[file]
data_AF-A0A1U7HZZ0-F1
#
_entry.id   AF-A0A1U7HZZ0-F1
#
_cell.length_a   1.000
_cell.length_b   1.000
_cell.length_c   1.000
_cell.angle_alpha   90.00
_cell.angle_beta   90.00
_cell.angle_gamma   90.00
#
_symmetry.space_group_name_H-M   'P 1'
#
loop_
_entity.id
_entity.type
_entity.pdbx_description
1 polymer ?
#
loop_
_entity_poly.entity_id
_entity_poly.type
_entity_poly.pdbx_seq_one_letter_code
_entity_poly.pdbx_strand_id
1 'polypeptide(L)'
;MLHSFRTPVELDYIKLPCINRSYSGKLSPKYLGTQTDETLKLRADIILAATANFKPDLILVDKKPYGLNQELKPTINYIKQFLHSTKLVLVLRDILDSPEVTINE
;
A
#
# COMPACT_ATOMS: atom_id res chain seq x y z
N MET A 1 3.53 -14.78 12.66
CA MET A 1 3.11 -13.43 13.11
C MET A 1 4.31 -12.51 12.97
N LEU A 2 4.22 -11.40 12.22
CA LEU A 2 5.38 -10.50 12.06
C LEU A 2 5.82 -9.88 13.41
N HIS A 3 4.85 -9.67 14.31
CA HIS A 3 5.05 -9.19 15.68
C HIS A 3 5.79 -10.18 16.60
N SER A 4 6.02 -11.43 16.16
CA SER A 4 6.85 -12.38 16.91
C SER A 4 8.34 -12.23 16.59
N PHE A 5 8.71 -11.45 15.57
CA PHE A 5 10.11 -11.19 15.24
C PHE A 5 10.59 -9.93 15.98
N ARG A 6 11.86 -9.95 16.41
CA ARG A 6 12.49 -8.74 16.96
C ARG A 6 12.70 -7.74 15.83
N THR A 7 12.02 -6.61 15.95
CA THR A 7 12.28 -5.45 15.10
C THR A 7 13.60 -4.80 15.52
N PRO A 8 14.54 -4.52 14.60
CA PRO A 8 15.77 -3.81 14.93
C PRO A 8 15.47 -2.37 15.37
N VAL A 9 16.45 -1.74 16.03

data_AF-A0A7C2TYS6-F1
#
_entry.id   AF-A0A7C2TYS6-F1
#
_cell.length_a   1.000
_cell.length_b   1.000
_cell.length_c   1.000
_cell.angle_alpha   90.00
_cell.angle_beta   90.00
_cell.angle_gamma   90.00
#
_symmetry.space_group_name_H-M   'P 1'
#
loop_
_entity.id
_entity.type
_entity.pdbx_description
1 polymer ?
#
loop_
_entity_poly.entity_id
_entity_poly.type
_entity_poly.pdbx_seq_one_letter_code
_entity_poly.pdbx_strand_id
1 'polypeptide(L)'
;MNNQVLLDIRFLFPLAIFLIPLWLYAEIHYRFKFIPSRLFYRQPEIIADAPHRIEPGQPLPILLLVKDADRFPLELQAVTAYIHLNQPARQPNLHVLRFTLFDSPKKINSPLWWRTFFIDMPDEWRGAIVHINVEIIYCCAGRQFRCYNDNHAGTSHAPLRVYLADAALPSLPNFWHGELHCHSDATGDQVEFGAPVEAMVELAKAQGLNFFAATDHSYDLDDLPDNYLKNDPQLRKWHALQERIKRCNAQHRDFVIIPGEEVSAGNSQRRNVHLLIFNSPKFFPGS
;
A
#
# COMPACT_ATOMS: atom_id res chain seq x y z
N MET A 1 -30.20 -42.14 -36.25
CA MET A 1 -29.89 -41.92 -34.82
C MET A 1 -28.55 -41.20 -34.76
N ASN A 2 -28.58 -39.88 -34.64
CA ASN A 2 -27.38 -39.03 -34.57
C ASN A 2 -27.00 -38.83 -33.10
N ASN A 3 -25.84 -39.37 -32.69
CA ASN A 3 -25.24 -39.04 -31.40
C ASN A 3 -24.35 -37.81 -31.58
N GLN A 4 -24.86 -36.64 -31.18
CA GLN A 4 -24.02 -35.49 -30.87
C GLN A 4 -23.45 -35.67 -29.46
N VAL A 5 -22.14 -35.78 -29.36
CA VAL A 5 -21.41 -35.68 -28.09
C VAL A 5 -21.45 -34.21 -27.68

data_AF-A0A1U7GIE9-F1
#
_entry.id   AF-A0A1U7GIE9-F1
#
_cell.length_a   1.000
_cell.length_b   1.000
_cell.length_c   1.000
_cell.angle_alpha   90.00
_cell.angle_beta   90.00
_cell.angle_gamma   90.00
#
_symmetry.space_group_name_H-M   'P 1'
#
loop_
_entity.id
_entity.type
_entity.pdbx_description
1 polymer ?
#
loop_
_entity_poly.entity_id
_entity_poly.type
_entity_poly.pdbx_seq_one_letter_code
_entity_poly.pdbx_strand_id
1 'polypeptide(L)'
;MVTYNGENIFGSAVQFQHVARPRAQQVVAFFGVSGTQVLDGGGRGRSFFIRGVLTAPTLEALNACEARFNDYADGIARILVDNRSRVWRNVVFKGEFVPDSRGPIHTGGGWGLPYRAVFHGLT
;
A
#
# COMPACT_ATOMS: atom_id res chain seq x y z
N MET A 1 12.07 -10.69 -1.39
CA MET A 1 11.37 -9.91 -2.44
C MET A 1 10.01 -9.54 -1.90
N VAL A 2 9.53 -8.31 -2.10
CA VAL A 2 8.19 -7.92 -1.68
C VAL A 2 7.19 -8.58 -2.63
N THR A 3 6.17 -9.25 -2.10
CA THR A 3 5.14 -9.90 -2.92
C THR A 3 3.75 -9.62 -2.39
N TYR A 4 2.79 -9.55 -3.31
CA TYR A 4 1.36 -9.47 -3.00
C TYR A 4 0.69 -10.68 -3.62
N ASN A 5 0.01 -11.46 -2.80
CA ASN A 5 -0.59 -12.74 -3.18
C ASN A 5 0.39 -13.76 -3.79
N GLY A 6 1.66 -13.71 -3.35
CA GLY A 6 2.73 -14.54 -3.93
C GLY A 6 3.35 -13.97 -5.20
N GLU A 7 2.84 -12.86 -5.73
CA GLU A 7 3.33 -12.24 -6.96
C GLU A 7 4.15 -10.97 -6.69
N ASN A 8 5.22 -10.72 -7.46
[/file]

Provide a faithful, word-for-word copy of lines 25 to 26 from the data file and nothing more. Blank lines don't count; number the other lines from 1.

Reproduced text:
1 'polypeptide(L)'
;MLHSFRTPVELDYIKLPCINRSYSGKLSPKYLGTQTDETLKLRADIILAATANFKPDLILVDKKPYGLNQELKPTINYIKQFLHSTKLVLVLRDILDSPEVTINE